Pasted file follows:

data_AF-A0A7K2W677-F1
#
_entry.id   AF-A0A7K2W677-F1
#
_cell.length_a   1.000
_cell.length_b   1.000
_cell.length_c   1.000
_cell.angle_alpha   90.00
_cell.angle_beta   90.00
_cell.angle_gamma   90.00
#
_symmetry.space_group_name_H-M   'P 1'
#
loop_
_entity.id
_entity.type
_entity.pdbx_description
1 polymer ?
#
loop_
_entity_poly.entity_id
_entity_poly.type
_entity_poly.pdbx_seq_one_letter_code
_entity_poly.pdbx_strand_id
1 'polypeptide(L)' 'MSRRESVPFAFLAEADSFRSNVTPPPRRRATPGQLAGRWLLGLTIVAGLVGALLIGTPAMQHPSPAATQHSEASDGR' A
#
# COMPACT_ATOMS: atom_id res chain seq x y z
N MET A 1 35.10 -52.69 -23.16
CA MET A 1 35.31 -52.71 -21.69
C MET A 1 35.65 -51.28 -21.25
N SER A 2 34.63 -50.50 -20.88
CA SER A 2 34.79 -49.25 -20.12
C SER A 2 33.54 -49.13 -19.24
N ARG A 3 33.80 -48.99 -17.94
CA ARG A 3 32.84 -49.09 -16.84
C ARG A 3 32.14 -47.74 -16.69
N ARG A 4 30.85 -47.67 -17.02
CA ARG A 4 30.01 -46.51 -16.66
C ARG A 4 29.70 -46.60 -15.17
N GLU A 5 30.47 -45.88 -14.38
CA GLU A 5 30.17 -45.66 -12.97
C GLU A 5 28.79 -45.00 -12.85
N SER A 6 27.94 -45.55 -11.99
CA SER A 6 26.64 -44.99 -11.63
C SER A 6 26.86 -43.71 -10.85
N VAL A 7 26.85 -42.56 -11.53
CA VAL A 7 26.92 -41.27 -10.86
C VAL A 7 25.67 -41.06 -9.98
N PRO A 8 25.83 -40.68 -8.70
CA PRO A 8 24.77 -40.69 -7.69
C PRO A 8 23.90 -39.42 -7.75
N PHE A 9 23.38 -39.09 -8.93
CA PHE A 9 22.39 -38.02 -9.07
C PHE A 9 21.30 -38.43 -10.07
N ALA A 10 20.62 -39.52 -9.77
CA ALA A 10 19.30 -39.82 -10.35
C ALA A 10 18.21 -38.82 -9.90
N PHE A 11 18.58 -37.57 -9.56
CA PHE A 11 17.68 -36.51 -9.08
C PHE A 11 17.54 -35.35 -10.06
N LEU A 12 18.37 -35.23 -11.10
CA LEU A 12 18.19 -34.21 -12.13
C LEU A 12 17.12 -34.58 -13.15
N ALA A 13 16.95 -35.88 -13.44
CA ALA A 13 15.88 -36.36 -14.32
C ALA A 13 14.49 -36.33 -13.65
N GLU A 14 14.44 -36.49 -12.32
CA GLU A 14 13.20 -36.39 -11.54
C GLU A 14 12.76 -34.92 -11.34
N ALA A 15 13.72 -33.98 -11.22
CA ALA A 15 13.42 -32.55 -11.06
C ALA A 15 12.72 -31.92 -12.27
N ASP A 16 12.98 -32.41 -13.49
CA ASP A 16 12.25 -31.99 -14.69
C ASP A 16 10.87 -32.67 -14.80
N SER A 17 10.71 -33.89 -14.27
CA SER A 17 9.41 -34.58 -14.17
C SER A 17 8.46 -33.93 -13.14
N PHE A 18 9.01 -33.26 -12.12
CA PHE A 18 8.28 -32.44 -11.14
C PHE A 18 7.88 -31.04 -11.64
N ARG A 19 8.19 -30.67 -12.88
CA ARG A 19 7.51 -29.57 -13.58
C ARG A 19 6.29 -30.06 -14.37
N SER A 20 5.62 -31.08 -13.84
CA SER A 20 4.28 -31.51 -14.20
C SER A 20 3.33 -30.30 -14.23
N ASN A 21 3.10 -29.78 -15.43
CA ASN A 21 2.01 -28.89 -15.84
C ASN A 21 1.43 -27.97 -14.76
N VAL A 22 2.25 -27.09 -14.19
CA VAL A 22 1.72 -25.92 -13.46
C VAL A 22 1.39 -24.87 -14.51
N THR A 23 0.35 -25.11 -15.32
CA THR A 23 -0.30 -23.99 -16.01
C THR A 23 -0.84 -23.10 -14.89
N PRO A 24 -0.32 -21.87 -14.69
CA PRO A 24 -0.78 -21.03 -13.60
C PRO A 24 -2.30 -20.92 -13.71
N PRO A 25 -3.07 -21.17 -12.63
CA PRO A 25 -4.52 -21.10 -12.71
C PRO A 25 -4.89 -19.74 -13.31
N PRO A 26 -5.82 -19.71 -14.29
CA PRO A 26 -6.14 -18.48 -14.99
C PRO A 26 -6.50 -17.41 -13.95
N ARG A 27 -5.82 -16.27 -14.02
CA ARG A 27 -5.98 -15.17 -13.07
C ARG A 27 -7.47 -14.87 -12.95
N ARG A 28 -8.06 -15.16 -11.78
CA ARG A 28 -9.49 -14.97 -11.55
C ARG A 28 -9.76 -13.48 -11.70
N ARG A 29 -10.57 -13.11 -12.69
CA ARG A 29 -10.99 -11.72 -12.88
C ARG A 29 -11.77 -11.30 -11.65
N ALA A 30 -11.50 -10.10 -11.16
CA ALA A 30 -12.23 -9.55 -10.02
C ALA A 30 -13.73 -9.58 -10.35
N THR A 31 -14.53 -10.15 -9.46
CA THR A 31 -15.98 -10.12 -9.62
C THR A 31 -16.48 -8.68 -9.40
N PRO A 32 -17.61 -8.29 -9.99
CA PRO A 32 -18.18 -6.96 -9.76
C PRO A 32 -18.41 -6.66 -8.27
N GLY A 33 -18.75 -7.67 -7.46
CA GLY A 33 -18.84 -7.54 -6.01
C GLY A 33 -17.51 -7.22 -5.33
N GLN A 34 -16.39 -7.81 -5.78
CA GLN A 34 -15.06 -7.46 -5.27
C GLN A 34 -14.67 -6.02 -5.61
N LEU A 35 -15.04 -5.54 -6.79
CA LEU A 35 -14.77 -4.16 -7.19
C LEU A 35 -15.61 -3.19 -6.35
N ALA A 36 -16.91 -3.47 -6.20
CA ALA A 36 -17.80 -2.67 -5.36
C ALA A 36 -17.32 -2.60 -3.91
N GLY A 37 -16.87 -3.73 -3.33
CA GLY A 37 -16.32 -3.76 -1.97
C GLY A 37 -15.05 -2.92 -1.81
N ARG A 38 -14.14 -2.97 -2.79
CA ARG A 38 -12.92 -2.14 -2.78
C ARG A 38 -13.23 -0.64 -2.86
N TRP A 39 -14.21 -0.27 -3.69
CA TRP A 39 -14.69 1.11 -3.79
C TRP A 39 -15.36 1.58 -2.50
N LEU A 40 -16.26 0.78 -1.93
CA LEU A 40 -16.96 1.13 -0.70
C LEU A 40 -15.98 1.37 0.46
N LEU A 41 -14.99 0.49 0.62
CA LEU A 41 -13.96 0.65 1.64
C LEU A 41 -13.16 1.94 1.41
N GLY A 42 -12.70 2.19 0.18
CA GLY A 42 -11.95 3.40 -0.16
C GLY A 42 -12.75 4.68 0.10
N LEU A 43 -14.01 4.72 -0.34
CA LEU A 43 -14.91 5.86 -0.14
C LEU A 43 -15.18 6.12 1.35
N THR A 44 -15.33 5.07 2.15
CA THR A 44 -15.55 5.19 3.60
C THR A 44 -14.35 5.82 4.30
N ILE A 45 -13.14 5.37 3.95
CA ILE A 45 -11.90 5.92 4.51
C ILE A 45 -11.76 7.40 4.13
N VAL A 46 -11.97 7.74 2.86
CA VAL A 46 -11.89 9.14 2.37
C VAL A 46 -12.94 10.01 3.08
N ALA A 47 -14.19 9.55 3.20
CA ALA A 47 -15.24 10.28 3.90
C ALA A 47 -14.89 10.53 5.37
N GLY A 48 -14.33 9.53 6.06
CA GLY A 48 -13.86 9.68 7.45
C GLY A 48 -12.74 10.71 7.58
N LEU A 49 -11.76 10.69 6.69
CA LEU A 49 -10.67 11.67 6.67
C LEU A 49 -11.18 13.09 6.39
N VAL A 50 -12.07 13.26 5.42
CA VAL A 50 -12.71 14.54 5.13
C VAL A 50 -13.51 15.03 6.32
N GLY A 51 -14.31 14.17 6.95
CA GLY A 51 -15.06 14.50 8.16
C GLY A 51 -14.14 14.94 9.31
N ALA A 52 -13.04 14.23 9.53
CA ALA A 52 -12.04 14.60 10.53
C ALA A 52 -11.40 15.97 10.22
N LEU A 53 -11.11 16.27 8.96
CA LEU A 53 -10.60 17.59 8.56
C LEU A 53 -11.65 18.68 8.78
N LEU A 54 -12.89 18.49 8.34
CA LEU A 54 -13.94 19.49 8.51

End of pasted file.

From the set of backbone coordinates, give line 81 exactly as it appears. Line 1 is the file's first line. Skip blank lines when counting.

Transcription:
C PHE A 18 7.88 -31.04 -11.64